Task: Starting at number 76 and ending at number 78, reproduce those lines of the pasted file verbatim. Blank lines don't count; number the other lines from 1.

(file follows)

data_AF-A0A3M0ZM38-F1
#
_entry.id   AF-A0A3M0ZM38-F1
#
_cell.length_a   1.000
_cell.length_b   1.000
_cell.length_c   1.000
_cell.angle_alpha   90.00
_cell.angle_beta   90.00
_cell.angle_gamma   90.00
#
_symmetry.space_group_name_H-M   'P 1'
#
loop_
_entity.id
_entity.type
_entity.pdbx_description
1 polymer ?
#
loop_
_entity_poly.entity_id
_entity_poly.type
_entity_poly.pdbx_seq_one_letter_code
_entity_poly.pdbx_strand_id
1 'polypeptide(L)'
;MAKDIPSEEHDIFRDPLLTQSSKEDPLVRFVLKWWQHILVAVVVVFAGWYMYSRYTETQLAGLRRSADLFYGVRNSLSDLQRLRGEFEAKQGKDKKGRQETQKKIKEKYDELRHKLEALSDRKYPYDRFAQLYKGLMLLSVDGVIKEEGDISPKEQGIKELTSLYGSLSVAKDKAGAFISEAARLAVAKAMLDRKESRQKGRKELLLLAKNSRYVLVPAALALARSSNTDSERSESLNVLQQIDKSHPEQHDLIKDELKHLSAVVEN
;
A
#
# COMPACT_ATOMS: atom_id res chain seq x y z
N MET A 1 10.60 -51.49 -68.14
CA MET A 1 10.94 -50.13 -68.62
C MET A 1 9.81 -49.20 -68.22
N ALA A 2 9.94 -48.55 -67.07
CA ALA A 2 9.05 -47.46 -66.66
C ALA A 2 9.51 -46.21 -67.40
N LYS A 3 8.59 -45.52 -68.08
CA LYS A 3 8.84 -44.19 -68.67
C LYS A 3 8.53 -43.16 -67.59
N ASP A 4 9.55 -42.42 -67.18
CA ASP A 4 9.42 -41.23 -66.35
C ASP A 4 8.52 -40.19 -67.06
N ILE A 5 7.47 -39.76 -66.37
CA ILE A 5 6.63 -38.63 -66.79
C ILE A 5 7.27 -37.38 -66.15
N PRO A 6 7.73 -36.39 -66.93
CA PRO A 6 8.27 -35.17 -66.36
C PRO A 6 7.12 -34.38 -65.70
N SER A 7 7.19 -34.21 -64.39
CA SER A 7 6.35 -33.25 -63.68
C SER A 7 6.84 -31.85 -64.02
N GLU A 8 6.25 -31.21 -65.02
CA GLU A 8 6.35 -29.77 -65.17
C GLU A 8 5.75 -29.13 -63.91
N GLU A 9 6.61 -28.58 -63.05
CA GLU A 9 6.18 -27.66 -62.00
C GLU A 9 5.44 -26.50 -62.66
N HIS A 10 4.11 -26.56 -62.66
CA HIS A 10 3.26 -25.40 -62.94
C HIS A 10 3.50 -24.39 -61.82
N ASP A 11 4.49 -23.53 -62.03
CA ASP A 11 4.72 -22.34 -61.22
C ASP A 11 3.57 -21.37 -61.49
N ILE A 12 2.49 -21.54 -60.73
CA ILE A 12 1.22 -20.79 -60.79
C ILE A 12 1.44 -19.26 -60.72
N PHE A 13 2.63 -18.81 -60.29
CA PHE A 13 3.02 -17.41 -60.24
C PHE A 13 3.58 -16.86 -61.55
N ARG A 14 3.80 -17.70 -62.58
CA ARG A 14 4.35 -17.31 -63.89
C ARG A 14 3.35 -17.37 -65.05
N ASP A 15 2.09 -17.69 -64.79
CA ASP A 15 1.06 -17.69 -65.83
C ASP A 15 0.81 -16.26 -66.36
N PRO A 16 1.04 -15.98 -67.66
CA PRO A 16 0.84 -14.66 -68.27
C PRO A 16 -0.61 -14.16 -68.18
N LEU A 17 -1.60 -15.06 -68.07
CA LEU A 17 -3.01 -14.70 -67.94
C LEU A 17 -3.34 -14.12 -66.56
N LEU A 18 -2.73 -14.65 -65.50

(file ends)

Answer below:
N PRO A 16 1.04 -15.98 -67.66
CA PRO A 16 0.84 -14.66 -68.27
C PRO A 16 -0.61 -14.16 -68.18